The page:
Fragment nr. 2 from “The Truth of Labyrinth”
Let us then reflect on the following question: could art one day serve as a refuge from the noise and the rage within ?
We already know the answer: a founding “myth” along with a sustained practice of humanity. A minimal aesthetic, without prejudice. A contemplative perspective, that is devoid of all militancy.
Because, ultimately, what is the stuff that we are made of? Who am I? These are the questions we ask ourselves. Nagging questions. They can be heard at the heart of the Spirit of Boz and radiate from all its expressions (paintings, performances, writings, and so on).
And at the end of all this, they will imply another question, an infinitely stranger one. We will have to stop and think about this question. We will have placed it at the entrance of the Forest of Souls. Here is the question in all its crudeness: because, ultimately, what do we know about the existence (or non-existence) of God? God: the mystery of mysteries, a scandal for reason, pure madness, absolutely fundamental: an unfathomable force, which has exercised a tremendous hold on the artist since the dawn of time.
Maria Rebecca Ballestra
The itinerary of the wandering soul/ L’itinerario dell’anima vagante, 2015
Metal pins on paper, titanium dust on mirror, ink on paper
triptych, each element 50 x 50 cm
Works by Maria Rebecca Ballestra, realised during an artist residence in Signal Fire, Arizona (USA): www.signalfirearts.org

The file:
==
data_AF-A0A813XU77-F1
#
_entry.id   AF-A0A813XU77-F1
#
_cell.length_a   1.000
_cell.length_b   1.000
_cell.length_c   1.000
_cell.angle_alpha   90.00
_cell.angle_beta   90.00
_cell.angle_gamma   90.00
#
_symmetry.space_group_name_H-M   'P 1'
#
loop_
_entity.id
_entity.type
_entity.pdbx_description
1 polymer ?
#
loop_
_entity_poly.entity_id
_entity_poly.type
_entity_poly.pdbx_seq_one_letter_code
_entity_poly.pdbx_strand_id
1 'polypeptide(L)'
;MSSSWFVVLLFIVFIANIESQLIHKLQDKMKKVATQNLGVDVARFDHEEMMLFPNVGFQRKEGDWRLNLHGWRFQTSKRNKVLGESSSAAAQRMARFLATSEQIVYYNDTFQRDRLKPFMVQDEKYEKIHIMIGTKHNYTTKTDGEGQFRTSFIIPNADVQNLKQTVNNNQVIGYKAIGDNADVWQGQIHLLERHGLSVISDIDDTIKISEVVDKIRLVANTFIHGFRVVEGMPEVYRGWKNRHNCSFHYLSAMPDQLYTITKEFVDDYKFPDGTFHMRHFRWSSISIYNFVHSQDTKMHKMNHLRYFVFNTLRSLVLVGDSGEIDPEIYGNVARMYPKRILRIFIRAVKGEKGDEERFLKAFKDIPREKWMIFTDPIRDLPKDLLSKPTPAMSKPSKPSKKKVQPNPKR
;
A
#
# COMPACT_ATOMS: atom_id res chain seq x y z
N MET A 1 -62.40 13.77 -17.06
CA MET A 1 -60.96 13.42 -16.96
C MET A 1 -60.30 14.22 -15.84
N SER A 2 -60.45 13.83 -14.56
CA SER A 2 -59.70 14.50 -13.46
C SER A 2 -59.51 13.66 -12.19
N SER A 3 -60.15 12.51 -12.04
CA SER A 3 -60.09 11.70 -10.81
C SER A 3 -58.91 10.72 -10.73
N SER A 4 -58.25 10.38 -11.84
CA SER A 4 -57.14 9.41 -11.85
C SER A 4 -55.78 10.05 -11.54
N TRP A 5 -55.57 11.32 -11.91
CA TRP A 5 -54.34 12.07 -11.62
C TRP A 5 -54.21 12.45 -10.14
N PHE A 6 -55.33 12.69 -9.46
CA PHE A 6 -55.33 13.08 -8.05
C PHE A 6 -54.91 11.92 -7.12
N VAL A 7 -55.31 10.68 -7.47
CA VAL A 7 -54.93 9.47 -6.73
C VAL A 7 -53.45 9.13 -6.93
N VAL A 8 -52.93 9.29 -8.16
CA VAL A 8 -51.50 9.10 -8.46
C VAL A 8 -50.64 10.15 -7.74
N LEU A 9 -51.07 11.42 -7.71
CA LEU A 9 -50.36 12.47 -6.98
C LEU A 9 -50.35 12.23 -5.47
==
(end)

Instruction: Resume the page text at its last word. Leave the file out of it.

The image of the labyrinth is often associated with the journey of the deceased, the so-called itinerary of the “wandering soul” (hence the title of the work). The O’odham people considered the labyrinth as a symbol of birth and death. As did many other cultures in antiquity, this particular group of American indigenous people conceived the labyrinth as a one way, circular structure, characterised by seven concentric circles, with a single entrance and a dead end. In light of this conception, the only two possible outcomes of entering a labyrinth were thus to reach the end or to go back to the start. According to the O’odham people, the labyrinth is enriched by the stylised depiction of the human figure, located upon the entrance of the labyrinth itself: “The man in the Maze”. This symbol carries various meanings: as a matter of fact, the Tohono O’odham people refer to “the man in the mazen” as the god I’itoi and thus alluding to the myth of creation, but also to the symbolic journey of humanity and of every individual towards the black centre of the labyrinth – death – that is necessary to go back to being One with I’itoi, who lives in a subterranean labyrinth under the mountain Baboquivari.